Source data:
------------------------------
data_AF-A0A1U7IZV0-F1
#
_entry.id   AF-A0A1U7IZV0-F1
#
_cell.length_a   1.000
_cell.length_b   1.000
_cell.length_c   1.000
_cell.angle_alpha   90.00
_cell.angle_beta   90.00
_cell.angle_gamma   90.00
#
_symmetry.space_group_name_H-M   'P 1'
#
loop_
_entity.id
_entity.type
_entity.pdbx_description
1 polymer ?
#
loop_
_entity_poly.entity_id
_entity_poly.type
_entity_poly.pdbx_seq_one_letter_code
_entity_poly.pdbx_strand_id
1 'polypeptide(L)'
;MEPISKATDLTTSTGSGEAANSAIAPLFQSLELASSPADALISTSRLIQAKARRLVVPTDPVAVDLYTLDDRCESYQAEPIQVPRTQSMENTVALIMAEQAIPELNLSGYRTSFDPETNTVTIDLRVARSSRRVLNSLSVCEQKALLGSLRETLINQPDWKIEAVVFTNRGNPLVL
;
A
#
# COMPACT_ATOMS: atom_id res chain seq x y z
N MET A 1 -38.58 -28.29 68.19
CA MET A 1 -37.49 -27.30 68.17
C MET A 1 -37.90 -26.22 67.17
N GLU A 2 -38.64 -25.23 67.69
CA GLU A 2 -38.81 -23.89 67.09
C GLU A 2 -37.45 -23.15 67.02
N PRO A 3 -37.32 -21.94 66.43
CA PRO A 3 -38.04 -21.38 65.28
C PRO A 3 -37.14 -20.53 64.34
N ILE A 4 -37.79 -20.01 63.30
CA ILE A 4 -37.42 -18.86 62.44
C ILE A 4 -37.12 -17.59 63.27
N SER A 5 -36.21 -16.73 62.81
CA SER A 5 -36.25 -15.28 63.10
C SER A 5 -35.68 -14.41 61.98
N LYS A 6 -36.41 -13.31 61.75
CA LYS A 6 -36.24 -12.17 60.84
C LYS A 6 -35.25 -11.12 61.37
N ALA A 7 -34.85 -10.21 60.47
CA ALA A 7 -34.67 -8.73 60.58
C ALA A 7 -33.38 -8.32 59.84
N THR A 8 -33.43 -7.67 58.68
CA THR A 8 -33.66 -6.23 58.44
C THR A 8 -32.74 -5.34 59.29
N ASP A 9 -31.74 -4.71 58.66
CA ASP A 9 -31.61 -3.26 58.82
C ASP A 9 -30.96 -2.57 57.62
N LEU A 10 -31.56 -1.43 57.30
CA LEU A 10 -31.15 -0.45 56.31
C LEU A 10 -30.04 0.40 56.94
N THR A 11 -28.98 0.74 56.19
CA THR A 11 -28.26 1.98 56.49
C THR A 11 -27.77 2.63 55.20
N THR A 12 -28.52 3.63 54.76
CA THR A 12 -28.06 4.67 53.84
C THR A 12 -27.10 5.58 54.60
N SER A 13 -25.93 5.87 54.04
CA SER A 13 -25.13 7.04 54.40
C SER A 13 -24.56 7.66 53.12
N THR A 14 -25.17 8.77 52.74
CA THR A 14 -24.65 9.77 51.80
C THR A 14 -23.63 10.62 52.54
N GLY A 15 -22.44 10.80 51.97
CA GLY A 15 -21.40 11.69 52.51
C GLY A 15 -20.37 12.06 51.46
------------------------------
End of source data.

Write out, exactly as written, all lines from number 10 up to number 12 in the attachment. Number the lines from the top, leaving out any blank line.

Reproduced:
_cell.angle_gamma   90.00
#
_symmetry.space_group_name_H-M   'P 1'